Economic Benefits of Biofuel Production in Thailand

Biofuel production requires approximately 100 times more workers per joule of energy produced than fossil fuel production (Worldwatch Institute 2007).  Biofuel is not only a viable option in the renewable fuel industry due to its lack of harmful emissions, but the production process also creates vast amounts of new jobs within developing countries.  Ultimately, this increase in demand for workers leads to an increase in overall economic activity and serves as an income generator for the workers who fill these jobs.  Increases in ethanol production are estimated to increase employment by 238,700382,400 people, and GDP by 150 million dollars by year 2022.  Biofuel policies aimed to promote production in Thailand are likely to improve the country’s agricultural sector, develop rural areas, and enhance energy security (Silalertruksa 2012).  In the United States, it is estimated that every 3.785 cubic hecta-meters of ethanol production create 10,00020,000 jobs (Kammen 2011).  Similarly, in South Africa, it has been determined that 350,000 jobs would be created if 15% of gasoline and biodiesel demand were replaced by ethanol and biodiesel production.  However, other aspects of the industry must be investigated, such as work conditions and labor laws.  The demand for biofuels in Thailand is expected to increase, and, therefore, the costs and benefits of increased production need to be taken into consideration.  Researchers expect the increase in biofuel production to have a strong effect on employment rates, GDP, trade balance, and overall socio-economic development (Silalertruksa 2012). Shelby Long
Silalertruksa, T. et al., 2012.  Biofuels and employment effects:  Implications for
socioeconomic development in Thailand.  Biomass and Bioenergy 46, 409
418.

Silalertruksa et al. assessed the benefits of biofuel production increases on the socio-economic development of Thailand.  They examined palm biodiesel as well as ethanol production from cassava, molasses, and sugarcane.  Researchers analyzed the employment effects of biofuel production in Thailand using a “hybrid method” with an analytical approach at the micro level and an input-output model at the macro level.  In order to determine the effect on direct employment due to increases in production they used a production process analysis of the expenditures for labor in land preparation, feedstock plantation, treatment, and harvesting, along with annual wage data (Duer and Christensen 2010).  The following equation was used to estimate the potential direct employment that can be achieved based on labor costs and average annual working hours in Thailand’s agricultural sector: Employmentagr =(PCfeedstock x Laborshare)/AWGagr (Employmentagris agricultural employment in agriculture; PCfeedstockis the production costs of feedstock; Laborshare is the share of labor cost in feedstock production costs; and AWGagr is the average annual wage per employed person in Thailand’s agricultural sector).  Data on the number of employees and production capacity were obtained from 5 sugar mills, 5 dried-chip floors, 10 ethanol plants, 4 palm biodiesel plants, and 17 palm oil mills.  This information was used to determine the effect increases in biofuel production would have on direct employment in the feedstock processing sector.  The impact of increased biofuel production on indirect employment was also examined.  Indirect employment includes the sectors that process intermediate goods that are delivered to the biofuel processing sector.  Researchers used economic input-output tables from 2005 that were compiled and published in an 180 x 180 format, which they then formatted into 50 x 50 input-output table.  They then categorized the final demand for molasses ethanol, cassava ethanol, sugarcane ethanol, and palm biodiesel by organizing their production costs.  These production costs were then assigned to sectors in the input-output table in order to determine indirect employment.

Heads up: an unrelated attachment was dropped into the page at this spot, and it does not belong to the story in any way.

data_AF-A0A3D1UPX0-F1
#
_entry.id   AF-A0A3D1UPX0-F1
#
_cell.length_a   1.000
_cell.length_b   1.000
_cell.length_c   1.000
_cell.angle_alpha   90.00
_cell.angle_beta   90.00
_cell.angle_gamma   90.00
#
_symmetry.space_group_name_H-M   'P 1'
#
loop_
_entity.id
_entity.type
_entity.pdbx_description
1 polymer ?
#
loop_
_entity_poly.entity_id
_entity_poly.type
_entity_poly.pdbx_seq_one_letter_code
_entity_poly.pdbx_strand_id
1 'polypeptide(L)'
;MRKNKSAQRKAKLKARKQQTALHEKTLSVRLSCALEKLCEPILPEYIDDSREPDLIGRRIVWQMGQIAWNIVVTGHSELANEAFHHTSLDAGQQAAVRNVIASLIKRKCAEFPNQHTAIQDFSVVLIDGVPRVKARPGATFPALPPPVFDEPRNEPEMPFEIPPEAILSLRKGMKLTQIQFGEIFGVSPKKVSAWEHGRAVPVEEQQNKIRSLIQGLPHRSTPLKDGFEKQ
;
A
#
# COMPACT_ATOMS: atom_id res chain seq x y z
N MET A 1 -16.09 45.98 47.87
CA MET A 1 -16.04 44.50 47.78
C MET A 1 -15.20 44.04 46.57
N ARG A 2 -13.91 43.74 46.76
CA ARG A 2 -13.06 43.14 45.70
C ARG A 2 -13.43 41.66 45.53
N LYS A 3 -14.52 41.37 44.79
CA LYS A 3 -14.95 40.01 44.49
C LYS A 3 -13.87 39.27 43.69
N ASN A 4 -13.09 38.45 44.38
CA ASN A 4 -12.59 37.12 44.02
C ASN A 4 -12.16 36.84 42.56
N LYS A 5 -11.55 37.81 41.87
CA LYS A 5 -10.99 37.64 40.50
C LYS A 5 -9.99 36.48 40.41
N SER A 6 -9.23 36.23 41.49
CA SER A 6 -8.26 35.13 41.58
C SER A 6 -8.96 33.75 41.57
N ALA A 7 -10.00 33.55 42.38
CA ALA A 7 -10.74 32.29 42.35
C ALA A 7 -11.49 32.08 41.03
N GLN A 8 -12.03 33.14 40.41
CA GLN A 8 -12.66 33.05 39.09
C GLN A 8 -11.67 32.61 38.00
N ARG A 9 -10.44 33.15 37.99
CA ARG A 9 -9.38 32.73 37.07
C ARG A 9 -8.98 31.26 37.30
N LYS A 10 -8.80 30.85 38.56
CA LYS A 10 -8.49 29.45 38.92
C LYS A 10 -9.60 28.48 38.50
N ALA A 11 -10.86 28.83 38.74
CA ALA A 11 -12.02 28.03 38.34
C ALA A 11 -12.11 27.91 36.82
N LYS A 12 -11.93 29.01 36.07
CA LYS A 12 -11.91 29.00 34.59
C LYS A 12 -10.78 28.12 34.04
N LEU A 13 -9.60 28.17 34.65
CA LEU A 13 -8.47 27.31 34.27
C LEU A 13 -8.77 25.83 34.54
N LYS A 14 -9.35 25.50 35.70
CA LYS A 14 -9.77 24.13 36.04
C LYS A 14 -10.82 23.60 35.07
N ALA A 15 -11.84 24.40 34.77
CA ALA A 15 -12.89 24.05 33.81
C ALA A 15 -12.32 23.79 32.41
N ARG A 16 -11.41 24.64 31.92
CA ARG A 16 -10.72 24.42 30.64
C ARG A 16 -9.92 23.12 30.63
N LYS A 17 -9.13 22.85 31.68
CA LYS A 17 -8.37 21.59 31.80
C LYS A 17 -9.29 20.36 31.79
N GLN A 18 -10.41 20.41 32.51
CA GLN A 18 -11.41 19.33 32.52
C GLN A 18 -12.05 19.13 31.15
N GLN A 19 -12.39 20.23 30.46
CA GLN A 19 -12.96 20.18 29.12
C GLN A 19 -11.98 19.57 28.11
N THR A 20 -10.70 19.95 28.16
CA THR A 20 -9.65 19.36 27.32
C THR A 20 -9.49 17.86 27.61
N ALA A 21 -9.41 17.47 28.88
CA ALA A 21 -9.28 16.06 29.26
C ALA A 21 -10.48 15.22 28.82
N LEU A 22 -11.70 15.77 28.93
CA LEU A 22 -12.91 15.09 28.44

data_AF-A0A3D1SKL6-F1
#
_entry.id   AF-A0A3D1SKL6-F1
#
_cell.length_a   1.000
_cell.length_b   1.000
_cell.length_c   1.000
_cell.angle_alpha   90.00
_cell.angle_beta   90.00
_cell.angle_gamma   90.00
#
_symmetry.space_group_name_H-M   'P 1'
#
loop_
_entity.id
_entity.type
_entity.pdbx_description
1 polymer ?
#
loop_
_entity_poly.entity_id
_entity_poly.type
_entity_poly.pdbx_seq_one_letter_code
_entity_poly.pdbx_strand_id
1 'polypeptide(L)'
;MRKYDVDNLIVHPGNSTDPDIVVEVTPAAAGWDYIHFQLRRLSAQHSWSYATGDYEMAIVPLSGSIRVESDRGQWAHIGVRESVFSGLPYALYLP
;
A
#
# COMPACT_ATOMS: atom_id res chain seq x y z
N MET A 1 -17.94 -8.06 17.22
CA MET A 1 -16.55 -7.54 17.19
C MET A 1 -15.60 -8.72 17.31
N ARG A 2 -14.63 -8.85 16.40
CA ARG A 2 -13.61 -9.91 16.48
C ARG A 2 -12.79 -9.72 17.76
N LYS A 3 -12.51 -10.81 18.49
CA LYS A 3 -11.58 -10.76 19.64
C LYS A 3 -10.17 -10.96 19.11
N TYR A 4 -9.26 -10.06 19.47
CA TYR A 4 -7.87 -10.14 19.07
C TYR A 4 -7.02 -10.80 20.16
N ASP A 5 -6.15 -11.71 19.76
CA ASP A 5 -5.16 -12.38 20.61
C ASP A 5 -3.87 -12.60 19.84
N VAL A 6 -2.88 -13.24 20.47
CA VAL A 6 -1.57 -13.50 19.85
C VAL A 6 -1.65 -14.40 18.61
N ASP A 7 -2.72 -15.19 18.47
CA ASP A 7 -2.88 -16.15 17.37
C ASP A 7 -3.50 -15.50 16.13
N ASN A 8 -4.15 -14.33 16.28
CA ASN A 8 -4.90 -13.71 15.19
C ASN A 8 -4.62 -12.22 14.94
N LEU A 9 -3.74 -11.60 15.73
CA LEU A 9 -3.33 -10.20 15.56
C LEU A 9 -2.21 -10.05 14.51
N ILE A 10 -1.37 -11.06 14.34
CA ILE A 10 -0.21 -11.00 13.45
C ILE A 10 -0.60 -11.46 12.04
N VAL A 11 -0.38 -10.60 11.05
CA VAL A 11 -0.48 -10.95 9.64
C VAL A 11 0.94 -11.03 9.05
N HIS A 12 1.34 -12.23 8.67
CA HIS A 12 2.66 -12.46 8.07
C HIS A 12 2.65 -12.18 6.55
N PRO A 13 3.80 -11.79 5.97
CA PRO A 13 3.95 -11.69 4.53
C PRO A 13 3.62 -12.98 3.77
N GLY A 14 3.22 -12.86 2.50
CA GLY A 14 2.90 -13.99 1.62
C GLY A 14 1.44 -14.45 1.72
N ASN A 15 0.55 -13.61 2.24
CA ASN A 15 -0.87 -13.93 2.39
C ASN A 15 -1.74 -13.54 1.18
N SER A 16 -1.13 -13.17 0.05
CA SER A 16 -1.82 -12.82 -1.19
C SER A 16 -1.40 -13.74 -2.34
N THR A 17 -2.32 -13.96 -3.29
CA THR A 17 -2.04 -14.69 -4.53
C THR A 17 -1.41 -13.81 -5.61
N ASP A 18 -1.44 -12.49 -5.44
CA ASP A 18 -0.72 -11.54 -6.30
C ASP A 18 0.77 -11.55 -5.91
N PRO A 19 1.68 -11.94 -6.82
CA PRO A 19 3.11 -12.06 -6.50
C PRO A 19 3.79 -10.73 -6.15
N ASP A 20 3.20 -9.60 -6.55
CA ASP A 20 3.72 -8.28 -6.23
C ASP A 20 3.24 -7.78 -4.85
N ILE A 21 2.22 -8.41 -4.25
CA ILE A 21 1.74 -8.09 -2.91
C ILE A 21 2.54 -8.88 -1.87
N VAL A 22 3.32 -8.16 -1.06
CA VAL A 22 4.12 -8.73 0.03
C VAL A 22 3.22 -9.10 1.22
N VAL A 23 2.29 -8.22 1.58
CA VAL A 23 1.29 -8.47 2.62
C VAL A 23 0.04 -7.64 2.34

It was determined that the largest amount of employment based on volume of biofuel produced would be created by an increase in palm biodiesel production.  The second, third, and fourth largest amount of employment increases were from sugarcane ethanol, cassava ethanol, and molasses ethanol.  However, based on energy content produced, the greatest effects were in ethanol production, with biodiesel production from palm oil being the lowest.  Researchers determined that significant increases in employment due to direct and indirect employment opportunities would lead to rural development in Thailand.  However, those employed in the biofuel industry are likely to work on a temporary basis, and, therefore, those who work in these industries are not as well-protected by laws for working conditions or other policies. Silalertruksa et al. suggest that policies and laws for working conditions, fair wages, and other labor rights must be considered in order to help small scale farmers, biofuel industry workers, and unpaid family workers secure more rights.  With improved standards for safety risks, safety procedures, child labor, working conditions, and other worker rights the biofuel industry and production can be improved for the future.